During subsequent experimental tests in a large scale scrubber, with recirculating caustic-sulfite liquor removing vinyl acetate from ethylene, it was found that severe foaming of the scrubber was encountered at low mole ratios of sulfite to vinyl acetate, but could be prevented by maintaining the mole ratio of sulfite to aldehyde at 0.5 (±0.1). See Examples 4 and 5. In a large scale scrubber, the mole ratio of aldehyde or vinyl acetate to sulfite is a bit more difficult to describe. The gas stream proceeds through the scrubber, and is exposed to the aqueous caustic sulfite solution. From the pressure and flow rate of the gas, and the flow rate of the caustic sulfite solution through the scrubber, it is possible to calculate the amount of gas, and the amount of caustic sulfite solution which move through the scrubber in a given unit of time. The mole ratio of aldehyde or vinyl acetate to sulfite may then be calculated by comparing the number of moles of vinyl acetate and aldehyde in the volume of the gas process stream which goes through the scrubber in a given unit of time, compared to the amount of sulfite in the caustic sulfite solution which moves through the scrubber in the same unit of time.

In the present process, the aqueous caustic sulfite solution is brought into intimate contact with the process stream to be purified. Aldehydes present in the process stream are extracted into the aqueous solution. Vinyl esters are hydrolyzed to form acetaldehyde which is also extracted into the aqueous solution. As noted above, aldehydes undergo aldol condensation in basic solutions.

In order to achieve the purpose of this invention, which is to remove either vinyl esters, such as vinyl acetate, and aldehydes or both vinyl esters and aldehydes, from gas or liquid process streams in a single step, the aqueous scrubbing solution must be sufficiently basic to cause rapid hydrolysis of vinyl esters and aldolization of aldehydes. We have found that the pH of the solution emerging from the scrubber or extractor (in the case of a liquid process stream) should be 12 or above. We have found that a solution of about pH of 14 contains about the highest practical concentration for the base. In these basic solutions, the vinyl esters will hydrolyze quickly. However, the aldehydes formed during hydrolysis and the aldehydes in the process stream react more slowly. They are carried along in the scrubbing solution and continue to react after the scrubbing process is completed.

The process streams that are suitable for the treatment of this invention are those that will not be harmed by the presence of water or caustic, or by the reducing action of sulfite ion. Both gas and liquid process streams can be treated by the process of the present invention. If the process stream being treated is a liquid, obviously, the liquid being treated should be practically immiscible with water. Since the properties of water, caustics, and sodium sulfite ion are well-known, those skilled in the art will have little difficulty in determining whether the process of the present invention is suitable for use with their particular process stream.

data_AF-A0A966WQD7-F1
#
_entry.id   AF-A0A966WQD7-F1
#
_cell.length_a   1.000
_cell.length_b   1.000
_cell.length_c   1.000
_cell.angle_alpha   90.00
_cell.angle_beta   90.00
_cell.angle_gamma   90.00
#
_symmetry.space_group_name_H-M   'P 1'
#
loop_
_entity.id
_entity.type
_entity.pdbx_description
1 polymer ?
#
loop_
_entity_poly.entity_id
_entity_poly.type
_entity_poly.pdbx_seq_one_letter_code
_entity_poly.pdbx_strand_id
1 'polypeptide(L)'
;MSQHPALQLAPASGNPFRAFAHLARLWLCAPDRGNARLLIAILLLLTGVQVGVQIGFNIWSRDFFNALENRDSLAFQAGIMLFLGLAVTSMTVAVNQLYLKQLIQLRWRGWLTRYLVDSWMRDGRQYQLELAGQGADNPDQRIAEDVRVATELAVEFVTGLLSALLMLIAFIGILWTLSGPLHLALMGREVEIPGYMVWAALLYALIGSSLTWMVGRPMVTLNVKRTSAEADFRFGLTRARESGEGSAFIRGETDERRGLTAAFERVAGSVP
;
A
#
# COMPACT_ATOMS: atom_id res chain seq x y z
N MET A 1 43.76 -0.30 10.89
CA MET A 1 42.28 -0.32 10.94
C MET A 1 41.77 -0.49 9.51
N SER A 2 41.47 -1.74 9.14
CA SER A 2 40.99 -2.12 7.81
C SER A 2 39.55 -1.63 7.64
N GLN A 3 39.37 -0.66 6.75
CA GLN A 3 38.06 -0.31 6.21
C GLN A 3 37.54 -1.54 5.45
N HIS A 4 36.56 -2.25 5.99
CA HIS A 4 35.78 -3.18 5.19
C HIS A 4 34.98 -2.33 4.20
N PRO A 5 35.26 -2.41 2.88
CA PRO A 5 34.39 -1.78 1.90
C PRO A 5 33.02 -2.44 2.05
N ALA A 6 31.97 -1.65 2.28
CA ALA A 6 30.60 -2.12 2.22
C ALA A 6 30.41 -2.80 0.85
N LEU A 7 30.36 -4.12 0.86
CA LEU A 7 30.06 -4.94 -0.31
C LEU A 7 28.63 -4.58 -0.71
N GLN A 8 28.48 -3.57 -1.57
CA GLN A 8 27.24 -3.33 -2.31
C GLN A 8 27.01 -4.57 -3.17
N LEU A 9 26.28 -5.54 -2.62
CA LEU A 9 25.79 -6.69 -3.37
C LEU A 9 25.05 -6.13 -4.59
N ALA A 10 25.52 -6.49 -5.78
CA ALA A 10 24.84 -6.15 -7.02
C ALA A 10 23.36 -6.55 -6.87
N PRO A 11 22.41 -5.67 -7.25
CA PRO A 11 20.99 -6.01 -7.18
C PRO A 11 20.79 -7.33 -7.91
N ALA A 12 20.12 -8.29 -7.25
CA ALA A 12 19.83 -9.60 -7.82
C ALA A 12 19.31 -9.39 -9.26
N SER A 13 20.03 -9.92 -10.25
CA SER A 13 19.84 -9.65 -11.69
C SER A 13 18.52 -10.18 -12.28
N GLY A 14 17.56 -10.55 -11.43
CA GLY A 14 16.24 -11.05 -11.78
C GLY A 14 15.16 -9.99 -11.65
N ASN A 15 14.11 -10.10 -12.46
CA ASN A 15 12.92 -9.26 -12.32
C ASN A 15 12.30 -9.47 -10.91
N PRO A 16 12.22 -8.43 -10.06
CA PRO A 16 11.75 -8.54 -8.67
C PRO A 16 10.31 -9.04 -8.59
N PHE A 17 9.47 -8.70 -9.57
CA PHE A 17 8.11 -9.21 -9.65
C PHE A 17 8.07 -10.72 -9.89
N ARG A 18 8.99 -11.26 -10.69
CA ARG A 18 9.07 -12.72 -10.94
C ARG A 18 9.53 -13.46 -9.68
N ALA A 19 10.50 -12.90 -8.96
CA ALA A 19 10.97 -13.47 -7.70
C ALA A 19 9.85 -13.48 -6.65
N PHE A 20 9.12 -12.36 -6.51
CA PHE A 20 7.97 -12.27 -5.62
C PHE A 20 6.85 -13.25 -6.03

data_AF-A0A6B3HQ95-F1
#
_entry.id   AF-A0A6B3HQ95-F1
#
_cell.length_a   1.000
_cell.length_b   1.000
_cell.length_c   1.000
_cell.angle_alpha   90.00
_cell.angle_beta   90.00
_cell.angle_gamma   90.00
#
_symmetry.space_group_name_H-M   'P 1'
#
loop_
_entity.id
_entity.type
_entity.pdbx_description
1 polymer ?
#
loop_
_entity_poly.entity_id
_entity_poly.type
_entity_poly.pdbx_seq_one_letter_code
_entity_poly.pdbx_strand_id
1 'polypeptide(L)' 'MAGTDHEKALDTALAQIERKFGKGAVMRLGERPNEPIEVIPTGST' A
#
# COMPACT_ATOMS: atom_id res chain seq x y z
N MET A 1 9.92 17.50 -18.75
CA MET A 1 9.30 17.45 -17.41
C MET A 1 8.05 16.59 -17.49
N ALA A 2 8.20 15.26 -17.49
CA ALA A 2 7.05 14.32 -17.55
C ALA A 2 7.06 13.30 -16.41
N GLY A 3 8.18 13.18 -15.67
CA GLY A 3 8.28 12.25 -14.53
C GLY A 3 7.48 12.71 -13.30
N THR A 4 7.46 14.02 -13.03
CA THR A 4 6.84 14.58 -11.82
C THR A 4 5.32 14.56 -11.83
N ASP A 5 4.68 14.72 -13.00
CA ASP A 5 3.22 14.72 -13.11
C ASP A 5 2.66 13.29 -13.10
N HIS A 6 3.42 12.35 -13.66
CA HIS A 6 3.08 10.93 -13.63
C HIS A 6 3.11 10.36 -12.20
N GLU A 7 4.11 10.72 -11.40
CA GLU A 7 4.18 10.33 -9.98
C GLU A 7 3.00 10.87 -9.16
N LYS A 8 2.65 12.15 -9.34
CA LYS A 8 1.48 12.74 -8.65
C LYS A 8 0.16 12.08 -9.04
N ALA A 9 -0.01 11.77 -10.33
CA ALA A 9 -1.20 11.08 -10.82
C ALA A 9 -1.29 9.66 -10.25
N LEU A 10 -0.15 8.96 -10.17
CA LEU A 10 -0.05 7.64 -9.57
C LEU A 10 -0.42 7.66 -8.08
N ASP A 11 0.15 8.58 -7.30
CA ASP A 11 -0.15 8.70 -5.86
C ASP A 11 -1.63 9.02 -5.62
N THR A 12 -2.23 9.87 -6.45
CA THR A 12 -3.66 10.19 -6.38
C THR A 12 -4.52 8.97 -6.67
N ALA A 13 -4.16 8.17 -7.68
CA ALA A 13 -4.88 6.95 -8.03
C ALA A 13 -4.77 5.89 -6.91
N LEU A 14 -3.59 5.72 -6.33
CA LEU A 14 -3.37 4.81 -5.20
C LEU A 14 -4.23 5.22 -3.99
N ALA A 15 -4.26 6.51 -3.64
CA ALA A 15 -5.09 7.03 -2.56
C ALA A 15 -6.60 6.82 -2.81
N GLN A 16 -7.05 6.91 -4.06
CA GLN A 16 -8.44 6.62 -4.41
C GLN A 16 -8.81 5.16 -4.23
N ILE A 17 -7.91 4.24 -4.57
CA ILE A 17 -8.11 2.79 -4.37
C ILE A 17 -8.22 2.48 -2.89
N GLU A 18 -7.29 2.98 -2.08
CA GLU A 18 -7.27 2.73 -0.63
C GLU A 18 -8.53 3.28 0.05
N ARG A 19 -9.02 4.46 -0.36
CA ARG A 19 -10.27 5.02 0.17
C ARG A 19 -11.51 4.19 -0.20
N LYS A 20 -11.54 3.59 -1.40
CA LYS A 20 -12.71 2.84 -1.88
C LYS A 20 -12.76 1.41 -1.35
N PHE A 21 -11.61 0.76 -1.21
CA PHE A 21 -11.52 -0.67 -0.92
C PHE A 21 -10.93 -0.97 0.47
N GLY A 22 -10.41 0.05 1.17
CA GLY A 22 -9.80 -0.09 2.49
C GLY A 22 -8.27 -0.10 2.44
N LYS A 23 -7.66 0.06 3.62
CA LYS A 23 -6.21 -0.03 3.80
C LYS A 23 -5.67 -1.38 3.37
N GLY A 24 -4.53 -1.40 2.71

The invention can be practiced as a batch process in that a given volume of the process stream to be purified is intimately contacted with a corresponding volume of caustic sulfite solution. This is more feasible with liquid process streams than with gaseous process streams. However, the continuous processes described below are preferred to the batch process.

The invention can be practiced in any caustic scrubber suitable for scrubbing a gaseous process stream with an aqueous solution of a basic material. Such scrubbers are well-known to those skilled in the art. As an example, when the invention is being used for scrubbing a gas stream such as ethylene-containing vinyl acetate, a tubular scrubber containing polypropylene saddles has been found to be adequate. The gas stream is introduced at the bottom, and the sodium sulfite caustic solution is introduced at the top of the scrubber. However, the invention is not limited to a particular type of scrubber but will work with any type that provides for adequate contact between the scrubbing solution and the gas.

The invention can also be practiced with a liquid process stream. In this case, the caustic sulfite solution (the extractant solution) and the liquid process stream should be brought into contact with each other in an extractor suitable for use with basic solutions. Since the extractant solution and the process stream are relatively immiscible with one another, their separation after extraction can be accomplished using a settling tank or other device for separating liquid phases. The type of device used to force mixing between the liquid process stream and the liquid caustic solution, as well as the separating device, should be suitable for liquid-liquid extraction. Such extractors are well-known to those skilled in the art. As in the case of gases, the invention is not limited to a particular type of extractor.

We have found that the most practical way to conduct the process of this invention is to run the process as a continuous, steady-state process with recirculating caustic sulfite solution. This can be accomplished by having the caustic sulfite solution in a large holding tank, and conducting it to the scrubber or extractor where it countercurrently contacts the stream to be purified. We prefer to use a holding tank with a nominal holding time of at least 30 minutes. Periodically or continuously, a portion of the caustic sulfite solution is removed from the holding tank and makeup base and sulfite solutions are added at a rate calculated to maintain constant volume and the desired excess of unreacted caustic and sulfite.